Years ago, the term “sugar diabetes” was in common usage because it was thought that eating too much sugar caused diabetes.  In those days, people with diabetes were advise to avoid sugar all together.

 Those days are long gone!  Research has shown that moderate consumption of sugars and fats can still be a part of healthful diet for people with diabetes, as long as they keep their blood glucose at healthy levels.

 Carbohydrates are found in grains, pasta, cereals, dairy products and vegetables, particularly starchy vegetables such as beans, corn, peas, potatoes and winter squash.  Protein foods such as meat, fish and poultry do not contain carbohydrates, unless other ingredients such as breading are added to those dishes.  Many carbohydrate foods that contain high levels of dietary fiber include whole grains, fruit and vegetables.

Because the body quickly absorbs the glucose from sugary and high-starch foods, eating large amounts of them can cause blood sugar levels to skyrocket. People with diabetes should consume some starchy or sugary foods including breads, potatoes, desserts and fruit juices only in moderation, experts say. Instead of abstaining from sugars and starches altogether, they should consume a balance of different kinds of carbohydrates, such as more whole grains, nonstarchy vegetables and whole fruits, and less starchy and sugary foods.

One way to keep a check on the amount of sugars in the foods you buy and eat is to read the nutrition labels on food packages carefully. Sugar is sometimes listed as sucrose, glucose, fructose, high fructose corn syrup, honey, lactose, maltose, dextrose and sugar alcohols such as sorbitol or mannitol.  Another way to reduce your sugar intake is to modify your recipes, Bielamowicz said. For example:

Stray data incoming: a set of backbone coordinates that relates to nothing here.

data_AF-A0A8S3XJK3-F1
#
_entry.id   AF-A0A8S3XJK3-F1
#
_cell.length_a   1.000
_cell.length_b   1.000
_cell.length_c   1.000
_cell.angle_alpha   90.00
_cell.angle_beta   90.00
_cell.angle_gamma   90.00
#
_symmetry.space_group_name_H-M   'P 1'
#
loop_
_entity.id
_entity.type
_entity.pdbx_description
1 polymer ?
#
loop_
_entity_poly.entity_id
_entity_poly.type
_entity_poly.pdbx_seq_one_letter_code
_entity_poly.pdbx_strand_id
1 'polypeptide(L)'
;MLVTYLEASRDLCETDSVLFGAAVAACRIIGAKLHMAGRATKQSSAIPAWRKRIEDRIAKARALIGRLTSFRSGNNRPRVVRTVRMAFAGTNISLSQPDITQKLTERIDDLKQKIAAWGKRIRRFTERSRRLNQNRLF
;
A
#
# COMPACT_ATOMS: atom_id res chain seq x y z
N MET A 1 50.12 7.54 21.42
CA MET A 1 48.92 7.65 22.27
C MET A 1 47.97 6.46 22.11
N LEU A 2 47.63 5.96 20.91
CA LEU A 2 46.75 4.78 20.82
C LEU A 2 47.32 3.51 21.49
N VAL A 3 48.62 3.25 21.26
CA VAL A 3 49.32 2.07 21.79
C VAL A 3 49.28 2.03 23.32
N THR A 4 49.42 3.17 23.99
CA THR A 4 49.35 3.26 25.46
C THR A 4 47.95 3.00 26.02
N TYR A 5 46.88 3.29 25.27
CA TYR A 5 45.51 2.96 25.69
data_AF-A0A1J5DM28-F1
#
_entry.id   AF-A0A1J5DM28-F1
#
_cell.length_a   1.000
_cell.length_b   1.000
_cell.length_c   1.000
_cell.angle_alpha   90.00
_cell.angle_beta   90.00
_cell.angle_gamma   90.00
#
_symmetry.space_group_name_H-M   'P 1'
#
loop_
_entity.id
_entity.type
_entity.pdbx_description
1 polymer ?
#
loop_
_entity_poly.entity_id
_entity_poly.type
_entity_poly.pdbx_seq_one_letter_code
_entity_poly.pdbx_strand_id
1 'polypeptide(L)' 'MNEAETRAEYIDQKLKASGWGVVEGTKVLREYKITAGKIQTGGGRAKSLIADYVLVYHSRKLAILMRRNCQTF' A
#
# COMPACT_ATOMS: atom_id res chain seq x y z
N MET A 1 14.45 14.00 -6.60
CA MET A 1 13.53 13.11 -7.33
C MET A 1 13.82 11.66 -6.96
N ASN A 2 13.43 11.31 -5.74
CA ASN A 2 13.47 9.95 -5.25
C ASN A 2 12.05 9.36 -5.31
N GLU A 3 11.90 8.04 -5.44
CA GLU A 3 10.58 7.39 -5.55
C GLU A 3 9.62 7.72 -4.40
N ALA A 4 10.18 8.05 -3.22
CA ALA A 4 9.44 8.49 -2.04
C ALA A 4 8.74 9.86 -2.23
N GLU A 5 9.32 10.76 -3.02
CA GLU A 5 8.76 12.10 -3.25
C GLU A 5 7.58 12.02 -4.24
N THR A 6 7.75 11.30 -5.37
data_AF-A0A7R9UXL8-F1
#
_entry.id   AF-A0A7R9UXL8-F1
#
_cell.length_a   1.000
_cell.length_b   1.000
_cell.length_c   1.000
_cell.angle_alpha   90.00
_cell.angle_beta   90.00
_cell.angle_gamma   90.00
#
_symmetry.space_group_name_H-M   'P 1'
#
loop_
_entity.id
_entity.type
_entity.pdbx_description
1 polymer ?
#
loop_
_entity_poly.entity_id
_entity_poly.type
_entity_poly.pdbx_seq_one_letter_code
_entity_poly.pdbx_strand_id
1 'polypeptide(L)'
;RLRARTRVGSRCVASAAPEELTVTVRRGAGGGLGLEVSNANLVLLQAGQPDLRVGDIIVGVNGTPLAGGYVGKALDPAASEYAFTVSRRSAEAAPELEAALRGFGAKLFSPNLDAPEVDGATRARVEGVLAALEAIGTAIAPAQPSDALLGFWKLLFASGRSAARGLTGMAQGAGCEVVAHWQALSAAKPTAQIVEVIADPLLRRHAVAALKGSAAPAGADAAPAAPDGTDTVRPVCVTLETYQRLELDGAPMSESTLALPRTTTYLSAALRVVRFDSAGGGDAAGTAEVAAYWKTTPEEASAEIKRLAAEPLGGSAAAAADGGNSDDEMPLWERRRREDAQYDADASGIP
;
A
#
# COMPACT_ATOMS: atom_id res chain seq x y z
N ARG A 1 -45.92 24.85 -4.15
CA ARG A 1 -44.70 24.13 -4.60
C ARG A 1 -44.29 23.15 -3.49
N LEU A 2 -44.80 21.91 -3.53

• When baking, reduce the amount of sugar by one-quarter to one-third.

• In cookies, bars or cakes, replace one-quarter of the sugar with nonfat dry milk. This cuts calories while increasing the calcium and protein in the finished product.

• Add extra flavorings or spices.

• Use unsweetened frozen fruit juice or fruit canned in its own juice instead of fruit canned in syrup.

• Replace some of the sugar in a recipe with fruit juices or purees.

 Because diabetes is a problem of carbohydrate metabolism (how the body uses carbohydrates), eating about the same amount of carbohydrates at each meal will help maintain blood glucose levels throughout the day.

 For more information on cooking with diabetes or on the Cooking Well with Diabetes series, contact AgriLife Extension at (903) 683-5416.  Classes will be held at the Southern Cherokee Federal Credit Union community room located at 602 Henderson Street in Rusk.  Classes will meet on Fridays in October (1, 8, 15 & 22) from 10 AM until 12 noon each week.

 Extension programs serve people of all ages regardless of socioeconomic level, race color, sex, religion, disability, or national origin.  

The Texas A&M University System, U. S. Department of Agriculture, and the County Commissioners Courts of Texas Cooperating

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